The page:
Chronicles of Homeownership: my first panic attack


Just got Keys
Bench

Yep. I am the new owner of a 2 bedroom craftsman
in Seattle's King County. Take a minute to swallow that one.

 When I got the call that my offer on the house was accepted I had my first panic attack. In a moment of utmost insanity, I even called my real estate agent in a panic to see if I could rescind my offer. After pacing around my car 20-times, I came back to my senses and the long, intimidating process of acquiring my house began. I barely slept that evening in fear, doubting my long-planned decision. Weeks later I sat, alone, at a long wood table at a title office high in the Columbia Tower. And looking out to my city of which I would soon own a tiny patch of, I signed my name on a 4-inch stack of papers financially binding me to my mortgage for all eternity.    Alone.
It was exciting and powerful-feeling, but also incredibly scary... There I was, signing my name on a document that said, essentially, if I failed to keep up with my mortgage payments I would be given the black spot. My heart clenched at the realization of the responsibility I was taking on.

And that, my friends, is how I learned about fear and anxiety. Luckily that anxiety has worn off with every mortgage payment I make. And it's now been replaced with confidence. 

Since getting the keys to the house in late July, I took a running start at renovations before the cold, wet winter set in in Seattle. My pre-inspection of the place revealed that I needed to replace the roof and hot water heater quickly, if I wanted to avoid any concurrent damage to the house. So I jumped to get the roof replaced, water heater and furnace upgraded, and painted my bedroom (just cause I could). 

Fruit from the Asian Pear tree in the front

Fruit from the Asian Pear tree in the front

first stoop sitting

first stoop sitting

Brian cutting wood to update the front fence 

Brian cutting wood to update the front fence 

Dad coming to my rescue in the front yard

Dad coming to my rescue in the front yard

Roofers
Lauren's art trailer

Lauren's art trailer

Backhoe

But homeownership isn't all HGTV and rainbows. Sometimes the house throws you a curve ball you had not anticipated—such as mopping up sewage in my basement bathroom the morning after a house-warming party. Hours later, I am standing in my front door watching a backhoe dig a 8-foot deep hole in my front yard to replace one of the old sewage pipes. That basically drained me of all the money I had left for the house. 

I understood then why so many businesses have signs in the bathrooms pleading to go easy on their old pipes. It's not fun or cheap to upgrade. The whole plumbing ordeal gave me such stress that I developed a pinched neck muscle and got sick from stress. Not chill, Meg.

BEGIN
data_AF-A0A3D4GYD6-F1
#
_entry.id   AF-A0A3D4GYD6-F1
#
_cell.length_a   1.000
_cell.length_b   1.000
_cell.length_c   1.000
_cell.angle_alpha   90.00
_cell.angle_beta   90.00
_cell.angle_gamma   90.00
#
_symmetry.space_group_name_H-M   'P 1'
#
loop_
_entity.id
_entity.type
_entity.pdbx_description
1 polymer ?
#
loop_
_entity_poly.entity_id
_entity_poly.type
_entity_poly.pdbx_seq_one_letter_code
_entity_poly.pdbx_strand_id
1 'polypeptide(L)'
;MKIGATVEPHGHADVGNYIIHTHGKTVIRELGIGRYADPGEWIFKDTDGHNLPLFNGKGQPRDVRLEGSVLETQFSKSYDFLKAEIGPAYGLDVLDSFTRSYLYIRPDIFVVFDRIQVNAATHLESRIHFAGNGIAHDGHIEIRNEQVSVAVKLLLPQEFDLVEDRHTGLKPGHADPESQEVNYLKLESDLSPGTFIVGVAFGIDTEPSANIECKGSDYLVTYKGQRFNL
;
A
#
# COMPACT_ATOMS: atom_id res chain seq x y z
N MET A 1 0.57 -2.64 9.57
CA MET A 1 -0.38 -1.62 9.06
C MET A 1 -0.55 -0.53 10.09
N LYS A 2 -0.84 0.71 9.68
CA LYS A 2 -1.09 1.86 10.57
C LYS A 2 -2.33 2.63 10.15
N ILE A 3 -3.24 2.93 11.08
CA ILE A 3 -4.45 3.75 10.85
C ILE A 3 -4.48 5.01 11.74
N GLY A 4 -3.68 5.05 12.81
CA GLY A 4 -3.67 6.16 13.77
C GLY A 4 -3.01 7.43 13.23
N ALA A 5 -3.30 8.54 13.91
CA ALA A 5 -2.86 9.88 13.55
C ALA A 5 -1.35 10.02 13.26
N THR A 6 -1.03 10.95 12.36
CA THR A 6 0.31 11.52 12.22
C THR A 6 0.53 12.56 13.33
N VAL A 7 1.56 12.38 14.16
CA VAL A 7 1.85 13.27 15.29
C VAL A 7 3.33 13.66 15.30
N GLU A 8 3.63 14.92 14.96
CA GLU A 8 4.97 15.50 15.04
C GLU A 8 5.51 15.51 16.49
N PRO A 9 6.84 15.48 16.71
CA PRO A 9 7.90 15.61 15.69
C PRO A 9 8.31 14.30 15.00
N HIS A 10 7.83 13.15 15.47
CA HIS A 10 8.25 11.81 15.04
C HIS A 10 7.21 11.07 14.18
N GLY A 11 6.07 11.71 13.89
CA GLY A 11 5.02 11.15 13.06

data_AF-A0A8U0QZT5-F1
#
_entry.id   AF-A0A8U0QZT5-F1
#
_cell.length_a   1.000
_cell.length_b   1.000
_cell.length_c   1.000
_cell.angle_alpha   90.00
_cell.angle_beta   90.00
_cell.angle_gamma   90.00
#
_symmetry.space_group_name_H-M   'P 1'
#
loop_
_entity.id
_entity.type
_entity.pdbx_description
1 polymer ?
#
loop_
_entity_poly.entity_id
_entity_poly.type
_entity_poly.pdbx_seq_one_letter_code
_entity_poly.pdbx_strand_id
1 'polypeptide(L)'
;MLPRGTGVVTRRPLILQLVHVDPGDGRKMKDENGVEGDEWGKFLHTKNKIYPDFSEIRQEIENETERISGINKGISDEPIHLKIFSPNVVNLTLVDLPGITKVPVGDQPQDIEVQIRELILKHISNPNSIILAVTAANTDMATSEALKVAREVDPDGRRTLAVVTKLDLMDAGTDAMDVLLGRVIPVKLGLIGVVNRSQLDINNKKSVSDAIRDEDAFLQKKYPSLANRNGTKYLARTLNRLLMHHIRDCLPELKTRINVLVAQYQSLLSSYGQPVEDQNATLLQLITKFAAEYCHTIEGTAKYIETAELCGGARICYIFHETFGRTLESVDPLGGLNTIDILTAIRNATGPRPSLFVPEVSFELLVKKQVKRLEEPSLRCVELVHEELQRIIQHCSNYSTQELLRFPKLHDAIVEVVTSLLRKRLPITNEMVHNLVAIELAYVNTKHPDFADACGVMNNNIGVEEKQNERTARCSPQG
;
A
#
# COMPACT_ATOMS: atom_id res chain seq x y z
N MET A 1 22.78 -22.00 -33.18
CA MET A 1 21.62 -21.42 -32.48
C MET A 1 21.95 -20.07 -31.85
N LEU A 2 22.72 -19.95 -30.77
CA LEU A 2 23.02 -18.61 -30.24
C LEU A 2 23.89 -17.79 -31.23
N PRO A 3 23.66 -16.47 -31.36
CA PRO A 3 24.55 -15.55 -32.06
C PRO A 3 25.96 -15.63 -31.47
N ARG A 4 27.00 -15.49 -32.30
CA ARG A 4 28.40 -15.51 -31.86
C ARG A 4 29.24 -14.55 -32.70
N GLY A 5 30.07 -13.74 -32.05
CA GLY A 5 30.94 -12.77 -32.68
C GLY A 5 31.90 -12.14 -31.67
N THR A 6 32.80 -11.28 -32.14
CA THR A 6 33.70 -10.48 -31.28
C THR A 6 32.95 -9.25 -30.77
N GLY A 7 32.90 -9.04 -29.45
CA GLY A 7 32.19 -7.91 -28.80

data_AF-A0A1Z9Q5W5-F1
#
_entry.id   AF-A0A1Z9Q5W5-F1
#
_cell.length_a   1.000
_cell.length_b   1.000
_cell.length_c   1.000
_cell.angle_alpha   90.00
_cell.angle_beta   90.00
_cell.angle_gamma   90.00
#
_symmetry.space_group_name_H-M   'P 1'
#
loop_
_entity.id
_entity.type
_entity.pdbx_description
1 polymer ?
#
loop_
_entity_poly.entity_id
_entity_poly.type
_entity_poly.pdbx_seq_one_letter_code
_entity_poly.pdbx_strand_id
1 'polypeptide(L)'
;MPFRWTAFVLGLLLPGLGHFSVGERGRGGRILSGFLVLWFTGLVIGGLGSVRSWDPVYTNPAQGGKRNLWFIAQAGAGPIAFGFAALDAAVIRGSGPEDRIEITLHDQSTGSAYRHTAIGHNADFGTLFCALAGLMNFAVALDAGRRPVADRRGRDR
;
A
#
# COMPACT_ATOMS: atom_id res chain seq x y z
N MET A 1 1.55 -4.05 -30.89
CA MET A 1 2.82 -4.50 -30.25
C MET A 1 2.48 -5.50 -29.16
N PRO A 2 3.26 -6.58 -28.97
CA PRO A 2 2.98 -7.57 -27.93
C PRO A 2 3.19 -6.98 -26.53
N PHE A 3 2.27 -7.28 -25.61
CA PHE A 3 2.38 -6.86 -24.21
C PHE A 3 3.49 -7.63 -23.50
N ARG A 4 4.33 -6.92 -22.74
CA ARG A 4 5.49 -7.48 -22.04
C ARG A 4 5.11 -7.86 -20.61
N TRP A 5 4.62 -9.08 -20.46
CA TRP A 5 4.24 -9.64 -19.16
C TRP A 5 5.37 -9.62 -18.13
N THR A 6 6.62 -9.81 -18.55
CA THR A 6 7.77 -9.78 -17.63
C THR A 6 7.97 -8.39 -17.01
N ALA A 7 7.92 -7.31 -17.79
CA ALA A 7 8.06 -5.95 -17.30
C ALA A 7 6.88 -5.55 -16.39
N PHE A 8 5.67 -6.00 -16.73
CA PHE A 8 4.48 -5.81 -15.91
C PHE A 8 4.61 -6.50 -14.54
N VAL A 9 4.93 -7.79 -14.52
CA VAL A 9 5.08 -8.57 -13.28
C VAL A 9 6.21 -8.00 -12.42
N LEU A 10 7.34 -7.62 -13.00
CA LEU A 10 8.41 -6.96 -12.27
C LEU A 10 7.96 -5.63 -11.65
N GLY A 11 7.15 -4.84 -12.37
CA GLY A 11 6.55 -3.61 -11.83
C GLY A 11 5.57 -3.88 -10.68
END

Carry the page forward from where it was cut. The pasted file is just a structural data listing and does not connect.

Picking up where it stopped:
After the sewage pipe debacle, I learned to slow down and give myself a little slack on the home renovations. No home is perfect, it is always in-process. As a friend shared with me: "You probably won’t find your dream house. You’ll end up making it." You just have to give yourself a little patience with the process. 

Cat in Window
house
Home

Trip Log: Tofino, BC

Trip Log: Tofino

Last month, Brian and I took a long weekend trip to Tofino, BC. Tofino is a town on Vancouver Island in Canada. To get there, we took a ferry from Port Angeles, Washington to Victoria, BC—from there it's a five hour drive to Tofino. Woof. It's definitely a haul to get to, but as in life, the good things take work to find. And Tofino is magical. Here's a bit of what we did and where we stayed in case you are trying to check it out yourself. 

Lodging: 
Bella Pacifica Campground
Way Point Resort

What to do other than chill on da beach
Surfing (the main event) - Cox Bay, Chesterman's Bay for if it's too heavy
coffee and doughnuts at Rhino Cafe (they also have a killer breakfast burrito)
Big Daddy's Fish Fry 
Burgers at the highly regarded Wolf in the Fog.
Tacofino
Zodiac boat ride to Hot Springs Cove

Concerning the Hot Springs Cove: 
It's a natural hot spring you can only visit by boat and hiking in. There are many outfitters that offer tours to the cove, as well as whale watching and bear watching. I would recommend going with Ocean Outfitters—they had naturalist on board that are more equipped to describe the nature and wildlife. Our outfitter had us put on these kind of ridiculous survival suits but in the end I was grateful for the warmth and protection. On the way we saw tons of grey whales and a sea otter nursery floating in a offshore kelp forrest. It was an all day event and pricey, but the experience was definitely worth the cost. 

Mist and fog floats in and out from the sea and filters through the valleys in beautiful ways. Watching it, you can feel the area has a rich story—some mystery about it.
Looking around, you can tell everyone else feels it too.

Tofino
Cox Bay

Cox Bay

Tofino
Trip Log: Tofino
Photo by Cori Rosenberg (@corir)

Photo by Cori Rosenberg (@corir)

Wya Point Resort

Wya Point Resort

Trip Log: Tofino
Tofino Brewing Company

Tofino Brewing Company

2-hour zodiac boat ride to get to Hot Springs Cove—loved it. 

2-hour zodiac boat ride to get to Hot Springs Cove—loved it. 

Trip Log: Tofino
Trip Log: Tofino
Hot Springs Cove —only accessible by boat

Hot Springs Cove —only accessible by boat

Trip Log: Tofino
Trip Log: Tofino
Trip Log: Tofino
Trip Log: Tofino